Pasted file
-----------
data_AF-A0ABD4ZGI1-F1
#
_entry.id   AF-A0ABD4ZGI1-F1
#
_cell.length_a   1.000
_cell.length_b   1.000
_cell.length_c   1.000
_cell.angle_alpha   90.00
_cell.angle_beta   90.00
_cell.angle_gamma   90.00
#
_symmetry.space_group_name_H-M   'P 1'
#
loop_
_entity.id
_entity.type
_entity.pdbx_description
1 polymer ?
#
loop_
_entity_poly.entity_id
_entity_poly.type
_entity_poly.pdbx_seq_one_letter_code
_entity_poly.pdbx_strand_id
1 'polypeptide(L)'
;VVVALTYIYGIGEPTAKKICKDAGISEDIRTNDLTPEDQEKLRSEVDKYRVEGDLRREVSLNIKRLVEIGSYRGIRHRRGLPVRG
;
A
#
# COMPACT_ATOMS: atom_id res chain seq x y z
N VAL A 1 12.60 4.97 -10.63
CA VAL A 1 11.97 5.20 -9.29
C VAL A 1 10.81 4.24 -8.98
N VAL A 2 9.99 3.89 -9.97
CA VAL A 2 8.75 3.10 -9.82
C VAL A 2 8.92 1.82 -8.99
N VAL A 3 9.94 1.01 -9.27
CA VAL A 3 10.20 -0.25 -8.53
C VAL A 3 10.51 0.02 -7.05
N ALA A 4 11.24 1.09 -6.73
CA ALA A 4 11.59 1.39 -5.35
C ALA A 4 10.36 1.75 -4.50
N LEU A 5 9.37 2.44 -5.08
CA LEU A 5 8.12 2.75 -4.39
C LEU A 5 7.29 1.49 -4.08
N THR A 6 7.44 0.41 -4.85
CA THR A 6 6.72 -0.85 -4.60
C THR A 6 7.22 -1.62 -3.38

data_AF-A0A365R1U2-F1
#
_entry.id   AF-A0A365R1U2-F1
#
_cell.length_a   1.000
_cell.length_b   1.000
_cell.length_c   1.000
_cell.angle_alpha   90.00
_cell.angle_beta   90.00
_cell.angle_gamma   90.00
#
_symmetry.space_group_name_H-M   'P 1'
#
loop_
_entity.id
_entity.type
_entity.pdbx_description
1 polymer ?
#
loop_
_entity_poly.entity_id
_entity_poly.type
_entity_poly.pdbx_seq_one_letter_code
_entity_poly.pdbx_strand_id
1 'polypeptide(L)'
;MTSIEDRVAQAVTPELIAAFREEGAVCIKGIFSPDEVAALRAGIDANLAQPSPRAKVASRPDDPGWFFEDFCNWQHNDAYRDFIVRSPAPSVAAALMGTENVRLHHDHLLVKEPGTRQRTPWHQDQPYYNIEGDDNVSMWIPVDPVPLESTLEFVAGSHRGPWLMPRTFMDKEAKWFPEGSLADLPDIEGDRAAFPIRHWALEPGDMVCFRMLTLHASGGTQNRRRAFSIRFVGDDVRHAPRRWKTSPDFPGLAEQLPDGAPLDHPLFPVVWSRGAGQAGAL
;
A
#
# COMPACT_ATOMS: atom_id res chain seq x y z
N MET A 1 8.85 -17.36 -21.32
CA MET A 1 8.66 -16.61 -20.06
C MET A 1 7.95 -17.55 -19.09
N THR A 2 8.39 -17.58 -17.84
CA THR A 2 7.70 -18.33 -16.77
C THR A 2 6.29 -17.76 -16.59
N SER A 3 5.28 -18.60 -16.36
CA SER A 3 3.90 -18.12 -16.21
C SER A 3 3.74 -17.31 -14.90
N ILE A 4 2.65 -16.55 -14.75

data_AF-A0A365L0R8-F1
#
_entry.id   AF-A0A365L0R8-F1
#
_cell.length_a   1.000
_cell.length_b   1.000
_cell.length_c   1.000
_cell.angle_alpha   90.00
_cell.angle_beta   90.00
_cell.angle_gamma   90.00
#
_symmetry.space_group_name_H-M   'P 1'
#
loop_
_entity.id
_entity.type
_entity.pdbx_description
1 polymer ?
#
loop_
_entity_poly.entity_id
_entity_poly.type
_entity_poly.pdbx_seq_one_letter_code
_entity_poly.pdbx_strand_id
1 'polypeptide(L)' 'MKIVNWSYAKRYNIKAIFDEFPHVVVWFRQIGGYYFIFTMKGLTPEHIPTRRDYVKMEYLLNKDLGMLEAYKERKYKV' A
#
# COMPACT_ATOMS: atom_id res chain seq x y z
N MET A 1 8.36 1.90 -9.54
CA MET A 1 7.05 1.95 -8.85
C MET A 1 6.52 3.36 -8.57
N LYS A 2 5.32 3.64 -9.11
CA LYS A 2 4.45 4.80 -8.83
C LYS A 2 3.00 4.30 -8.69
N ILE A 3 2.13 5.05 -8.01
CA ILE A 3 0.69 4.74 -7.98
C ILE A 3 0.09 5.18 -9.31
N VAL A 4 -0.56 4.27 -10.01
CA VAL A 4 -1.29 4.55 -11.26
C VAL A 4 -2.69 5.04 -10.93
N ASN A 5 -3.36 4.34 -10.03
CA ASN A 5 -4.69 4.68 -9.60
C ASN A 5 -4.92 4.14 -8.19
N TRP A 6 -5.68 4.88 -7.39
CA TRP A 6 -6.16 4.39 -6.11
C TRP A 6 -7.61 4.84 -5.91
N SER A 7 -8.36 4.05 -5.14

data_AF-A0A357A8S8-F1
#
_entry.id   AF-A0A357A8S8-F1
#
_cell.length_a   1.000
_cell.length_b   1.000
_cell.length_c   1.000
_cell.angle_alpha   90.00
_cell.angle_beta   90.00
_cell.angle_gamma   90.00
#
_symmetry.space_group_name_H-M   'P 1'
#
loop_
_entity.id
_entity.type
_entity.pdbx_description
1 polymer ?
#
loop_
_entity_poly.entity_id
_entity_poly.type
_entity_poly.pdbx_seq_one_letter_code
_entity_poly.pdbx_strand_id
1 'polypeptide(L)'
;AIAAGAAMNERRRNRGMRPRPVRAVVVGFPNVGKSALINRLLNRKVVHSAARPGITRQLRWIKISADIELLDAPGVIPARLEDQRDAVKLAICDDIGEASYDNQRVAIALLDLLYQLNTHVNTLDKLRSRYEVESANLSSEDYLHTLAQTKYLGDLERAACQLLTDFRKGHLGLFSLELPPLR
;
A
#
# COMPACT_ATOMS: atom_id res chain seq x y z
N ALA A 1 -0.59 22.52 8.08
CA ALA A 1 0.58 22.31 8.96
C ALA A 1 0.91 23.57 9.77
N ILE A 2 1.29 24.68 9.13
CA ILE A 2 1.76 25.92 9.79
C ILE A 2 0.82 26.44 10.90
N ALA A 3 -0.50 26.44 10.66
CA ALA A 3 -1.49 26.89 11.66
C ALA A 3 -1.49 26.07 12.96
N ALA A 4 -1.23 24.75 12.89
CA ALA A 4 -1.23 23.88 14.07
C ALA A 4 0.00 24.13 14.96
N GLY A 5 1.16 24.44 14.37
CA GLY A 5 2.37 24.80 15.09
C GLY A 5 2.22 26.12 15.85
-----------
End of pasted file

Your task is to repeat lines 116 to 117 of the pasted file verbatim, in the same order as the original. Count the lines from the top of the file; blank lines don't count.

N MET A 1 8.36 1.90 -9.54
CA MET A 1 7.05 1.95 -8.85